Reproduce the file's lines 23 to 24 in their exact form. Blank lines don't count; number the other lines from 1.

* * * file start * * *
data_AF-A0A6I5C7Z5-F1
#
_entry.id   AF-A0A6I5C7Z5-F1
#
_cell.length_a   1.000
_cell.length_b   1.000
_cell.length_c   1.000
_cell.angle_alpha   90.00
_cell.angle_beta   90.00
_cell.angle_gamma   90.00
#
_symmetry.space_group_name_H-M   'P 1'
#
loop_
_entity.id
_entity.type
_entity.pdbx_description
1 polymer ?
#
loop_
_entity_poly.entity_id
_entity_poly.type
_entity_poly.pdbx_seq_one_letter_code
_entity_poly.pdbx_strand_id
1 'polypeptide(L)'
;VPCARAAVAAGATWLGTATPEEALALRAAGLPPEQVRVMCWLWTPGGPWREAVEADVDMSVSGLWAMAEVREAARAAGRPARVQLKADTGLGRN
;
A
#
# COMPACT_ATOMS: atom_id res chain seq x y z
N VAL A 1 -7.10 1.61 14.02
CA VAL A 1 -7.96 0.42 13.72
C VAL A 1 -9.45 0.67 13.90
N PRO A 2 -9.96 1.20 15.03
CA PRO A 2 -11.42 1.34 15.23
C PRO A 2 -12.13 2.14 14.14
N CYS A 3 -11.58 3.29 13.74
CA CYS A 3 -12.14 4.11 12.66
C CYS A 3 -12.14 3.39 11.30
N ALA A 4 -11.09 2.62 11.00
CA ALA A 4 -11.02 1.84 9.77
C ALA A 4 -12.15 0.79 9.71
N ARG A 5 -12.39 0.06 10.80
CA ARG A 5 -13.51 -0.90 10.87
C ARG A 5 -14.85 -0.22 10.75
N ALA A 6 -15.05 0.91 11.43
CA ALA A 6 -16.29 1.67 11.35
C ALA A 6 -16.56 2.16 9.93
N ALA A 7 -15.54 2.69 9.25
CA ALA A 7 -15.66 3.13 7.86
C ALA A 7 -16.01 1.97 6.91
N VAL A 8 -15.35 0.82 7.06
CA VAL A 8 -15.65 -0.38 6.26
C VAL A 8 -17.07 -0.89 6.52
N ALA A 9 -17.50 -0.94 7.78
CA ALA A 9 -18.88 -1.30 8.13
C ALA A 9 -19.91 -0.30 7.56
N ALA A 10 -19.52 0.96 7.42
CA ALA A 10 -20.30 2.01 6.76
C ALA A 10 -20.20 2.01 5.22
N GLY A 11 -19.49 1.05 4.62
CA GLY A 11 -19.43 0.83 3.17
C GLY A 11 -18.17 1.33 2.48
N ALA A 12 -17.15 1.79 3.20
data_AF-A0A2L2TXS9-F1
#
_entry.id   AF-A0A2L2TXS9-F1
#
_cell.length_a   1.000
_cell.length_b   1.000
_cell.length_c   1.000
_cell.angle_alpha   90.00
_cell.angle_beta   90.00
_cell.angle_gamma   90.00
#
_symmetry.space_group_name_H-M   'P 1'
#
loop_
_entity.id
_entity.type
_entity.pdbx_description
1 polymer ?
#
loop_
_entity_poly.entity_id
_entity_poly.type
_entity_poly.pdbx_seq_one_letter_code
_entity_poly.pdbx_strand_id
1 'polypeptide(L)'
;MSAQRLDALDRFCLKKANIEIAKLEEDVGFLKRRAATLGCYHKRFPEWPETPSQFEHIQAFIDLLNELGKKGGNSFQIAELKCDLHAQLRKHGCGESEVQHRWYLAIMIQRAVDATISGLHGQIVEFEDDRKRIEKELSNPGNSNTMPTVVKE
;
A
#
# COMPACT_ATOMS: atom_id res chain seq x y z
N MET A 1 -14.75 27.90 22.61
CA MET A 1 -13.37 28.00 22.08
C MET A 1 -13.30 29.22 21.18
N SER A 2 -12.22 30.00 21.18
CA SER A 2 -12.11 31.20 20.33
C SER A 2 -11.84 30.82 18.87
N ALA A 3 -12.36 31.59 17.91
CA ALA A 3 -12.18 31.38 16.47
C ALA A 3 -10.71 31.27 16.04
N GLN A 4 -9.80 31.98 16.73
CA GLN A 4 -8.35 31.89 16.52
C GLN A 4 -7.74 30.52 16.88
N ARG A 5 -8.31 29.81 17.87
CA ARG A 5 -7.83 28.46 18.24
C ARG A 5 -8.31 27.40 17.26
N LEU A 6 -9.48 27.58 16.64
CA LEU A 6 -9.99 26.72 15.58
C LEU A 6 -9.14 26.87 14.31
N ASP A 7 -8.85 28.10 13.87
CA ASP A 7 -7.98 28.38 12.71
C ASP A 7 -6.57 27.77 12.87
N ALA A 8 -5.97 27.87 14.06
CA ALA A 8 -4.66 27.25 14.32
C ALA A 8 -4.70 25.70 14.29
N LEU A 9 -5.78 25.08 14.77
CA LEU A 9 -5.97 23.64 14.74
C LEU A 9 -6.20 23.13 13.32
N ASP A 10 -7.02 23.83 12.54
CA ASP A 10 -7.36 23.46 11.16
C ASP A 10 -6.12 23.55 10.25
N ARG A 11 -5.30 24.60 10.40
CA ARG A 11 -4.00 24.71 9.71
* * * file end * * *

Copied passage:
_entity_poly.pdbx_seq_one_letter_code
_entity_poly.pdbx_strand_id